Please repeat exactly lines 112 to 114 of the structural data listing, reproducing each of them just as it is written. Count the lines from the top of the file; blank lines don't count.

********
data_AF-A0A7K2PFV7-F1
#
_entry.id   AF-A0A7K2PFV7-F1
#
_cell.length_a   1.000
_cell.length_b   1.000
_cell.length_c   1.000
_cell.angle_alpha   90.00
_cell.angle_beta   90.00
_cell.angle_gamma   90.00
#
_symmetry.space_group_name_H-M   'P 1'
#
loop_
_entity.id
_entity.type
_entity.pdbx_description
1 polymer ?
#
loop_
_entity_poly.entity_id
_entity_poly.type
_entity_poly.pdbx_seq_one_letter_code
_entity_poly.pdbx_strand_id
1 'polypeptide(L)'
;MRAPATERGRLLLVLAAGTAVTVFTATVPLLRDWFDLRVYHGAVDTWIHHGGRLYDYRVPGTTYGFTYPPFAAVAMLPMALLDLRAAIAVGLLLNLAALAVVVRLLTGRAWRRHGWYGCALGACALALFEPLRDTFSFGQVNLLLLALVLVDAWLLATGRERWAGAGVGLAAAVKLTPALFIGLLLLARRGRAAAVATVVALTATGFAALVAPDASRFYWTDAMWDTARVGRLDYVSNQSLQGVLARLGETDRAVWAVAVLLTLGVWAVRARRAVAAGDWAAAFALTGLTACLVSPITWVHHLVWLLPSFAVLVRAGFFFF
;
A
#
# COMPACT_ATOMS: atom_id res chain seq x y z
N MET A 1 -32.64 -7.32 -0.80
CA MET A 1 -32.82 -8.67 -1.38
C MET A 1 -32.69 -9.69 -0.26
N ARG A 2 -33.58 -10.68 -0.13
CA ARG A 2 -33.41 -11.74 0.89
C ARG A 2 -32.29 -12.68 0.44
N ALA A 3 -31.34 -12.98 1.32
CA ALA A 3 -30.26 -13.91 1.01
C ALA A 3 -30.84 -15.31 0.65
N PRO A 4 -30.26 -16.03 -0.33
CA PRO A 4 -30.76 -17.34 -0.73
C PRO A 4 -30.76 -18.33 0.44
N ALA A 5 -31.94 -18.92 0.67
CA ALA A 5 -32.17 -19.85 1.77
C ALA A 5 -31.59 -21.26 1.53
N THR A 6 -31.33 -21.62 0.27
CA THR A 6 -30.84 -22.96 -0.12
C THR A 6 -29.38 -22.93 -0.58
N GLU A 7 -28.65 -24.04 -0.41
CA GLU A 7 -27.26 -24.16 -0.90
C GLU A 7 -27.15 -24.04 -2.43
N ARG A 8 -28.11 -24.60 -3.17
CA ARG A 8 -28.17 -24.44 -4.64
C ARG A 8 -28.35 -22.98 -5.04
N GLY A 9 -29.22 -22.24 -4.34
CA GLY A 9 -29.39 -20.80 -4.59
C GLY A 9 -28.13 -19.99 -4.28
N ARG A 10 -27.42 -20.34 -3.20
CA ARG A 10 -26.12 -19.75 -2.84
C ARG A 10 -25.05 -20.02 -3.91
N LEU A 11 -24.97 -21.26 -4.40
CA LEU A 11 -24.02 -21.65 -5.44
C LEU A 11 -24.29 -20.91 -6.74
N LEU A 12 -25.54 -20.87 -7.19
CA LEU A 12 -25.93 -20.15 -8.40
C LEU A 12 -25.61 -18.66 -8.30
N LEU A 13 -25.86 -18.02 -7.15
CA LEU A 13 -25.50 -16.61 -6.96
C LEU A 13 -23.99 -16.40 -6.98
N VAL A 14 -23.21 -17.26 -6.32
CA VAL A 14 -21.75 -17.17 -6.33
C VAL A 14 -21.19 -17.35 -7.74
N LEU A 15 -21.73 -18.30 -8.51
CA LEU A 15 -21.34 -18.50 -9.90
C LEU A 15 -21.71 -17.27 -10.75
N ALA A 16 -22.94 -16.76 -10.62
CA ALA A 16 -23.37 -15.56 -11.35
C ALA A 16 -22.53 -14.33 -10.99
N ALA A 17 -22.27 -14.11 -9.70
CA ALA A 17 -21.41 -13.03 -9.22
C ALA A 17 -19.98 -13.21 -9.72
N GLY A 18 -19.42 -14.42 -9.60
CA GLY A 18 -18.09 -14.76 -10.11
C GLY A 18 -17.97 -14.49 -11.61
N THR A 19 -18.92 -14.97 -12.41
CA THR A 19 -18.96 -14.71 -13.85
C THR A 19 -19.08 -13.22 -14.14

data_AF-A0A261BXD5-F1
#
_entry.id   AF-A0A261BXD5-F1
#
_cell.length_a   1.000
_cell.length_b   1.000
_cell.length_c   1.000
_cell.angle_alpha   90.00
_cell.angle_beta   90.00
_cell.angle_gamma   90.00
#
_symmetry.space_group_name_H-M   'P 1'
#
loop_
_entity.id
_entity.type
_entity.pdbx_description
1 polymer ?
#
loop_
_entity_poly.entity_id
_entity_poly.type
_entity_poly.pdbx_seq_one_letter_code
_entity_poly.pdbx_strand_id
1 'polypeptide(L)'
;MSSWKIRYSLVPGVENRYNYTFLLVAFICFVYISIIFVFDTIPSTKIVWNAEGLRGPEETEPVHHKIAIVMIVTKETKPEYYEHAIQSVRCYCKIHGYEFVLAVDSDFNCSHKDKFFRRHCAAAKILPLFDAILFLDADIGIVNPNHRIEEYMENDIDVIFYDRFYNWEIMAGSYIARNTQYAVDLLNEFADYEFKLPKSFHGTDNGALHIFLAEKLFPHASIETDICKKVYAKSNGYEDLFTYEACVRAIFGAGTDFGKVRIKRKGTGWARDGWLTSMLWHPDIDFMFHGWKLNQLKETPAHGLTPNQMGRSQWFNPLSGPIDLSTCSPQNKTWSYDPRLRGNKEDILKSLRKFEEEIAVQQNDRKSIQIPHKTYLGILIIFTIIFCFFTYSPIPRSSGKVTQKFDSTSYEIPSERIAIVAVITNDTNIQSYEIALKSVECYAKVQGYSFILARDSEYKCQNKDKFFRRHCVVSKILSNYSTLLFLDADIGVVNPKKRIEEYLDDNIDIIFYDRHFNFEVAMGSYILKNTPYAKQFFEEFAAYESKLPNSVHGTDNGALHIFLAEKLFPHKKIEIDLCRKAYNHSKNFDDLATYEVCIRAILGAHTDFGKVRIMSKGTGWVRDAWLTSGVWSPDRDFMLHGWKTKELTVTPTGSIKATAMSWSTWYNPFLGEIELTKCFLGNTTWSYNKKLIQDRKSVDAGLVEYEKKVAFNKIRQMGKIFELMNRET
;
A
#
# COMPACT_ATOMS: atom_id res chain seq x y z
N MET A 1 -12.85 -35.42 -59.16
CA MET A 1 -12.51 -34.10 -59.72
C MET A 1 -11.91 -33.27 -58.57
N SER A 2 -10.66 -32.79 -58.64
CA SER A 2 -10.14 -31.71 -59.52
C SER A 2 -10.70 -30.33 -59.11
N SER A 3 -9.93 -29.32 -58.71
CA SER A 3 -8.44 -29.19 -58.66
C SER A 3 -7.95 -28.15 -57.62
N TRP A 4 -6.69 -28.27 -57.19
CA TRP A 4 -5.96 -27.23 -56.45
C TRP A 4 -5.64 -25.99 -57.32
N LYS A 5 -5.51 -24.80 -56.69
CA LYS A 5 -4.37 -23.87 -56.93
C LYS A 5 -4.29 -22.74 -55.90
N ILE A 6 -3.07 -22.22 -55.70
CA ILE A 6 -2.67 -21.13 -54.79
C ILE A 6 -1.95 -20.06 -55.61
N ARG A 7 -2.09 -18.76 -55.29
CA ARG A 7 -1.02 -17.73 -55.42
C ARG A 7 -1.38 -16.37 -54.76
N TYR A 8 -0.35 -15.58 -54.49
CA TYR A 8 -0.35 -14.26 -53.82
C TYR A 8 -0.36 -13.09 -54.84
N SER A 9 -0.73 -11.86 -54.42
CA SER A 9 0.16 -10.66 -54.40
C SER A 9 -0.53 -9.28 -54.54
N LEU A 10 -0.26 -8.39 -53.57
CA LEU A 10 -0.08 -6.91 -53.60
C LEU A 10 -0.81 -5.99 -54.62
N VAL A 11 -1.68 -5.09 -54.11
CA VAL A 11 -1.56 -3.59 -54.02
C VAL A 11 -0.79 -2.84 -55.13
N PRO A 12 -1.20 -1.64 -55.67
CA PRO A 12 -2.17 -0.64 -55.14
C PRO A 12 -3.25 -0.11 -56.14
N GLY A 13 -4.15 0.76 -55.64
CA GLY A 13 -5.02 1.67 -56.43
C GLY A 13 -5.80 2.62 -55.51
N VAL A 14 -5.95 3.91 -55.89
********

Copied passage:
1 'polypeptide(L)'
;MSSWKIRYSLVPGVENRYNYTFLLVAFICFVYISIIFVFDTIPSTKIVWNAEGLRGPEETEPVHHKIAIVMIVTKETKPEYYEHAIQSVRCYCKIHGYEFVLAVDSDFNCSHKDKFFRRHCAAAKILPLFDAILFLDADIGIVNPNHRIEEYMENDIDVIFYDRFYNWEIMAGSYIARNTQYAVDLLNEFADYEFKLPKSFHGTDNGALHIFLAEKLFPHASIETDICKKVYAKSNGYEDLFTYEACVRAIFGAGTDFGKVRIKRKGTGWARDGWLTSMLWHPDIDFMFHGWKLNQLKETPAHGLTPNQMGRSQWFNPLSGPIDLSTCSPQNKTWSYDPRLRGNKEDILKSLRKFEEEIAVQQNDRKSIQIPHKTYLGILIIFTIIFCFFTYSPIPRSSGKVTQKFDSTSYEIPSERIAIVAVITNDTNIQSYEIALKSVECYAKVQGYSFILARDSEYKCQNKDKFFRRHCVVSKILSNYSTLLFLDADIGVVNPKKRIEEYLDDNIDIIFYDRHFNFEVAMGSYILKNTPYAKQFFEEFAAYESKLPNSVHGTDNGALHIFLAEKLFPHKKIEIDLCRKAYNHSKNFDDLATYEVCIRAILGAHTDFGKVRIMSKGTGWVRDAWLTSGVWSPDRDFMLHGWKTKELTVTPTGSIKATAMSWSTWYNPFLGEIELTKCFLGNTTWSYNKKLIQDRKSVDAGLVEYEKKVAFNKIRQMGKIFELMNRET
;